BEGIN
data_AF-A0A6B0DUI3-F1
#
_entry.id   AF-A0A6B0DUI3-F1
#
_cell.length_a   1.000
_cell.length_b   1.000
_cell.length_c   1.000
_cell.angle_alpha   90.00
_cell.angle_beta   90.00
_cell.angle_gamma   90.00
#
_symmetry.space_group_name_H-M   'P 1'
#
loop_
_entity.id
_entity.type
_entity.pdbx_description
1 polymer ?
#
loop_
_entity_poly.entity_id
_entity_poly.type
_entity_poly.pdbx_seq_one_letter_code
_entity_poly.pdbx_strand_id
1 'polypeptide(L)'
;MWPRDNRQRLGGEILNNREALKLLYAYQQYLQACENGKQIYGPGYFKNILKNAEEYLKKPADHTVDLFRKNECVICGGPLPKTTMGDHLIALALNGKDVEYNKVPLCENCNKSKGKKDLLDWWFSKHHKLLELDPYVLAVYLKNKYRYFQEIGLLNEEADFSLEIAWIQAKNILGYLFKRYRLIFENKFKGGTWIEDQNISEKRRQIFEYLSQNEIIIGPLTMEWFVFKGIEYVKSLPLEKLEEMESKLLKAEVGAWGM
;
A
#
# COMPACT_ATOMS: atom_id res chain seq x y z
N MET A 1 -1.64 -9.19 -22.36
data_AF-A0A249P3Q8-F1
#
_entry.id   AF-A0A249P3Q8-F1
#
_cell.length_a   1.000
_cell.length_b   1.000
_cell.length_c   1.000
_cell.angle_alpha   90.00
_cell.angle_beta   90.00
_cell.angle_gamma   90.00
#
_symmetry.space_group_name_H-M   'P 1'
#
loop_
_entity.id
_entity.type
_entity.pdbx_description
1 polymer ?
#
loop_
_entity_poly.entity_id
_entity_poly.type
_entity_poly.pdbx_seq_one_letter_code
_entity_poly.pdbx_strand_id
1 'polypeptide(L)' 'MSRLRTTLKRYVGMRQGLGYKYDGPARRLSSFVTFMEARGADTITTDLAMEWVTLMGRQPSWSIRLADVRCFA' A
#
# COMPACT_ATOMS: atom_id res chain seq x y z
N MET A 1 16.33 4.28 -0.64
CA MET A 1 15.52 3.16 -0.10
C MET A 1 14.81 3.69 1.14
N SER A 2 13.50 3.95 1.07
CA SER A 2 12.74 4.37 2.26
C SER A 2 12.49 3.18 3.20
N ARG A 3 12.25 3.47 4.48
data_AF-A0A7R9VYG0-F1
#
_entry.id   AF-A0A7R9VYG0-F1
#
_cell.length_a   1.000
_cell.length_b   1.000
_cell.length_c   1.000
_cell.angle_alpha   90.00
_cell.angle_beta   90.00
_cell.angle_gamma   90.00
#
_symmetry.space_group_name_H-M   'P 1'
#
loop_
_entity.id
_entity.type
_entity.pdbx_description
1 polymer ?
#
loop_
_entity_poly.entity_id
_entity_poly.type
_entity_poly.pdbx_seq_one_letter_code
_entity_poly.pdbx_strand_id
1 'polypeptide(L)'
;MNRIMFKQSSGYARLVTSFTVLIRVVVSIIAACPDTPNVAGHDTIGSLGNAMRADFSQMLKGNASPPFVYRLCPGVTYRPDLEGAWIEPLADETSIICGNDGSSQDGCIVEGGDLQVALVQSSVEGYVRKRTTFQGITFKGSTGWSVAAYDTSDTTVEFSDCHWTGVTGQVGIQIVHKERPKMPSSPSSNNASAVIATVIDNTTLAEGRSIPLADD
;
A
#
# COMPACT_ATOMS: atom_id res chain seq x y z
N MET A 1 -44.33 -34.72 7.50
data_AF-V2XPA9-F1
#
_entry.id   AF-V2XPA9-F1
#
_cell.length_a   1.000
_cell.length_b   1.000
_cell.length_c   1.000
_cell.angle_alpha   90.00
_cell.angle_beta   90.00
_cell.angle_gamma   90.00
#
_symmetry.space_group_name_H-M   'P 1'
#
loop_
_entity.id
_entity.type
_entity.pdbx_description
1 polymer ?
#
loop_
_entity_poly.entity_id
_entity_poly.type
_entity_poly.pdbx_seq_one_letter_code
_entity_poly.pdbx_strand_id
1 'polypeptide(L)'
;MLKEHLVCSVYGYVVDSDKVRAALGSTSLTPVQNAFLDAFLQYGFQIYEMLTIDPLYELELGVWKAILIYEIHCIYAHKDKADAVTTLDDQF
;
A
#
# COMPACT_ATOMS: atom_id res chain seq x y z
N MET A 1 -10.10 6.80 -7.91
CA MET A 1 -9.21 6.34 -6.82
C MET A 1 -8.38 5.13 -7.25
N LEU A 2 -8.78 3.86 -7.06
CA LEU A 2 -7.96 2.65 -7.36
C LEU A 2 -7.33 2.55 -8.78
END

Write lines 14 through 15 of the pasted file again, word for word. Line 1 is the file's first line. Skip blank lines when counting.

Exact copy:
loop_
_entity.id